We are familiar with the account of Jesus raising Lazarus from the dead. But there was an earlier resurrection before Lazarus — that of the daughter of a synagogue official named Jairus.

Mark 5:22-24, 35-36, 40-43

One of the synagogue officials, named Jairus, came forward.
Seeing him he fell at his feet and pleaded earnestly with him, saying,
“My daughter is at the point of death.
Please, come lay your hands on her
that she may get well and live.”
He went off with him,
and a large crowd followed him and pressed upon him.

While he was still speaking,
people from the synagogue official’s house arrived and said,
“Your daughter has died; why trouble the teacher any longer?”
Disregarding the message that was reported,
Jesus said to the synagogue official,
“Do not be afraid; just have faith.”

He took along the child’s father and mother
and those who were with him
and entered the room where the child was.
He took the child by the hand and said to her, “Talitha koum,”
which means, “Little girl, I say to you, arise!”
The girl, a child of twelve, arose immediately and walked around.
At that they were utterly astounded.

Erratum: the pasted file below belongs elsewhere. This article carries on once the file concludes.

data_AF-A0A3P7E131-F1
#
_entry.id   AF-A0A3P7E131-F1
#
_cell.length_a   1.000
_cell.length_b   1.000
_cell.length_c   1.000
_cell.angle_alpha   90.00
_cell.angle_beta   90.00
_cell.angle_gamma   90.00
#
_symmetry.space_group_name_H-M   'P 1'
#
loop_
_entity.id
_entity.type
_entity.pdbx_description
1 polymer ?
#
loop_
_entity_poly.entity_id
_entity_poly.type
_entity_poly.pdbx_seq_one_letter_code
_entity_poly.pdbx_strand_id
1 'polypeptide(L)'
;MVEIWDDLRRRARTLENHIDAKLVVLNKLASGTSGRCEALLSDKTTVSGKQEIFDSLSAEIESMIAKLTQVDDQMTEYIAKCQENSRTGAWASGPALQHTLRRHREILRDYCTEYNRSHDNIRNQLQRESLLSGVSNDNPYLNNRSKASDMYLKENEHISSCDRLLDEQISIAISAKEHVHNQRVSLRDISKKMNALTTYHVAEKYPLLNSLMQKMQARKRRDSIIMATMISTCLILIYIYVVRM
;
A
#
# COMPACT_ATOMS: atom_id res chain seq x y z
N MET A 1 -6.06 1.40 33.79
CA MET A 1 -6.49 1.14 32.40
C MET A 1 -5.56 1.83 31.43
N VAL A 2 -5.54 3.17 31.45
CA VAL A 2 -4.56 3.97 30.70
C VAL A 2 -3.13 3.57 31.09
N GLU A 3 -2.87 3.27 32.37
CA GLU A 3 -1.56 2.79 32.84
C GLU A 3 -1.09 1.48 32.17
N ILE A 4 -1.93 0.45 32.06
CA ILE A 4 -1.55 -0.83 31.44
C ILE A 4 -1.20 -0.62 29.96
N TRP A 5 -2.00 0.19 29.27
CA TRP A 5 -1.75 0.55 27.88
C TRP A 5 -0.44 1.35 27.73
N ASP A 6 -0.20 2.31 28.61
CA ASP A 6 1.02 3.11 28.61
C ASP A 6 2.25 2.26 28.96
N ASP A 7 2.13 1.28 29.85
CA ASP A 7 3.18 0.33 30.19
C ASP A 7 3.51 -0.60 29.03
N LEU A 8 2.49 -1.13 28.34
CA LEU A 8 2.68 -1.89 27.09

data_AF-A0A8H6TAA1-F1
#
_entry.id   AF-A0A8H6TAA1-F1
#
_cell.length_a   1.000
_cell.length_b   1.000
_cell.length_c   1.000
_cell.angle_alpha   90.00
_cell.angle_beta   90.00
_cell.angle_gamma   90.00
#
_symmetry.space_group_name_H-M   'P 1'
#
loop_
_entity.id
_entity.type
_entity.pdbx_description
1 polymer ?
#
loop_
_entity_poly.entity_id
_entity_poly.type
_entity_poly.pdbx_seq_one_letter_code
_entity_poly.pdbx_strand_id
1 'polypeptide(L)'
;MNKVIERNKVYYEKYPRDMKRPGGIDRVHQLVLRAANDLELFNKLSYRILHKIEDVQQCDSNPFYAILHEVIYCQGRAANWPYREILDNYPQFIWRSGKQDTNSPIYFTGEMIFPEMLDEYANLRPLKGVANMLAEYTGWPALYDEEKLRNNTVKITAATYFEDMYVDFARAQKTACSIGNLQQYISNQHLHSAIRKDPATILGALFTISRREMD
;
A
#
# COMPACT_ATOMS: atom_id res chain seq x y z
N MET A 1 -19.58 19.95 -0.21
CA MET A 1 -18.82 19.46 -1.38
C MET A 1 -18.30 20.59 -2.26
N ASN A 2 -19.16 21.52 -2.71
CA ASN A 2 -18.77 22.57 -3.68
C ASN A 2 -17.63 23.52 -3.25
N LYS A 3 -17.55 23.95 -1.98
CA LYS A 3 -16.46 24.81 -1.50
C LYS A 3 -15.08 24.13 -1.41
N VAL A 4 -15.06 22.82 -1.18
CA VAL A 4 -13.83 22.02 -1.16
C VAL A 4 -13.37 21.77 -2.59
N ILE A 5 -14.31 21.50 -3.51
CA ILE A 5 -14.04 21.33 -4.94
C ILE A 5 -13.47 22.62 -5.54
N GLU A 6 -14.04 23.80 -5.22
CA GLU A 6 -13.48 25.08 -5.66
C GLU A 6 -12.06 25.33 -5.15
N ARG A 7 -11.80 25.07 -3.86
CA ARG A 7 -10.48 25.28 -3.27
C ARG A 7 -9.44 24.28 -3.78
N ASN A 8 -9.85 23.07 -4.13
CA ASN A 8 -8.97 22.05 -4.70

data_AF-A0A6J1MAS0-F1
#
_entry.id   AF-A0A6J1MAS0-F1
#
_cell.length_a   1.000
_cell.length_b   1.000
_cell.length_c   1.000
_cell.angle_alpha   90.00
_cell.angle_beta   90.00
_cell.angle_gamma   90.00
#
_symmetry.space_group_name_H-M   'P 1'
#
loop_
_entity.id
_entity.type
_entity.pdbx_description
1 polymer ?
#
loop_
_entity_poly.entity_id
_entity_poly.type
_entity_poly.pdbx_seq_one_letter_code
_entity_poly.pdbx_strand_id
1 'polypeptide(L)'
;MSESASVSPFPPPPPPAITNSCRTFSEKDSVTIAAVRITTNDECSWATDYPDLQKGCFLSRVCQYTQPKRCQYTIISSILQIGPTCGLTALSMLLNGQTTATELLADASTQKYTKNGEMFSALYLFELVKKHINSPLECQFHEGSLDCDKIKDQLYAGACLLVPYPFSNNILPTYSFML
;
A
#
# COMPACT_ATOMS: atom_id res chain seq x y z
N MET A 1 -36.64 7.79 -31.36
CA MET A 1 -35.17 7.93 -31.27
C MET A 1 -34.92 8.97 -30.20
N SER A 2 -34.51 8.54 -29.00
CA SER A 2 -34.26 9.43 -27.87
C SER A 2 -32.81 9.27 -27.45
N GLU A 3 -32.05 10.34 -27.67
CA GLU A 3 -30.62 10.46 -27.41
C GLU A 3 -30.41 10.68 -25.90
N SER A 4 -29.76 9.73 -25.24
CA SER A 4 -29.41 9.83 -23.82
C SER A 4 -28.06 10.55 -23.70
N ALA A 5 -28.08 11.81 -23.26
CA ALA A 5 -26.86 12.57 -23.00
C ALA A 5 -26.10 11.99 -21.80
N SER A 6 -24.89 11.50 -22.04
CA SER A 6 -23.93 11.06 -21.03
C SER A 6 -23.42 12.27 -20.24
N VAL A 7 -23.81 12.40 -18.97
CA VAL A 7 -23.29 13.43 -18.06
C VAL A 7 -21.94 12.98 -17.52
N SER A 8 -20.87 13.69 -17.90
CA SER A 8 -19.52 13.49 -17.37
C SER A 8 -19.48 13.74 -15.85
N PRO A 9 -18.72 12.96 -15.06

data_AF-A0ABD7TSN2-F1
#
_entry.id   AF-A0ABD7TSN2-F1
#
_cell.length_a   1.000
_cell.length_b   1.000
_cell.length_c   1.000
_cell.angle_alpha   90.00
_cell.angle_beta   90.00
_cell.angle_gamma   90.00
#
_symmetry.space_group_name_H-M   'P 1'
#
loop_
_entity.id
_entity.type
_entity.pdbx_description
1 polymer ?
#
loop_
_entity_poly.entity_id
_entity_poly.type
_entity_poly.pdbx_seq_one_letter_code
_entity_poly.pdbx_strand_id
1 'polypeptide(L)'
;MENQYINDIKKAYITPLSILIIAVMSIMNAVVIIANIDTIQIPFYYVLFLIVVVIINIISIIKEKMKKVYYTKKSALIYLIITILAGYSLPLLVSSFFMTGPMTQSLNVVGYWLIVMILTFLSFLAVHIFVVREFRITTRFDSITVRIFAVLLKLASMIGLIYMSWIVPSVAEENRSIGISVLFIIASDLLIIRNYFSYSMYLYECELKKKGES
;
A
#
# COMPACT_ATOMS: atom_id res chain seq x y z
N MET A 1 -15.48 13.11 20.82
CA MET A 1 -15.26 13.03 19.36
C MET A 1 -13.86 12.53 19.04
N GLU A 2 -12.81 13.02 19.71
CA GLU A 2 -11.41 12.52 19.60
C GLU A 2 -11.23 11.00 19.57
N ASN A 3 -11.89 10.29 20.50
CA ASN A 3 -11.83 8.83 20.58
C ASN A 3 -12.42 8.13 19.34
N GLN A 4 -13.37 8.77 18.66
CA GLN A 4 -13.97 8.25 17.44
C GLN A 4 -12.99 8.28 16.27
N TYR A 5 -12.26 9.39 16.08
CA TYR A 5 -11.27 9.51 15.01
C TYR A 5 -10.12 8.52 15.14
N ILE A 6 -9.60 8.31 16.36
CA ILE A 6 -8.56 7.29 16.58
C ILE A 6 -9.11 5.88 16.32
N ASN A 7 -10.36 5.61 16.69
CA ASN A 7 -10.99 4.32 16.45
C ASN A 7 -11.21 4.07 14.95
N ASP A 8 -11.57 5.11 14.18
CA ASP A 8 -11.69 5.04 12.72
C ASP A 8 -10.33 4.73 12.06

He gave strict orders that no one should know this
and said that she should be given something to eat.

Remember to tell the Lord God that you love Him with your whole heart, your whole soul, your whole mind, and with all your strength.

And may the peace and love of our Lord Jesus Christ be with you,

~Eowyn

10 responses to “Sunday Devotional: ‘For God formed man to be imperishable’

  1. And you, too!

    Liked by 1 person

  2. Reblogged this on kommonsentsjane and commented:

    Reblogged on kommonsentsjane/blogkommonsents.

    Sunday Devotional.

    kommonsentsjane

    Liked by 1 person

  3. And with you as well!

    Liked by 2 people

  4. Until we acknowledge we are weak and need the Lord to help us, He can’t help us. I’ve seen this so many times! I recently talked to God about a problem we’ve been dealing with for so long, and needless to say I believe He is going to help us with it! Prayer works, though sometimes He does things differently than we expect.

    Liked by 2 people

  5. HE is not going to let all that was so hard fought by the Founding Fathers get destroyed by undeserving Americans borne here by mistake. It is not going to happen until the last drop of blood is spilled on this land.

    Liked by 1 person

  6. Excellent post DR. E….. these Sunday devotionals are always inspirational, and I always learn something. I honestly did not know the story of Jairus, so thanks 😊

    Liked by 2 people

  7. Very nice. There are other interpretations for Christ’s resurrections in his earthly ministry, but this one is nice. This time of year I like to reflect on Peter’s martyrdom (June 29) as well.

    I like to think of The Fall as a “correction”. Before that humans lived forever in plenty and had nothing to worry about. But they didn’t really have free will. By disobeying God they made a decision on their own. It was the “wrong” one, but it was their own.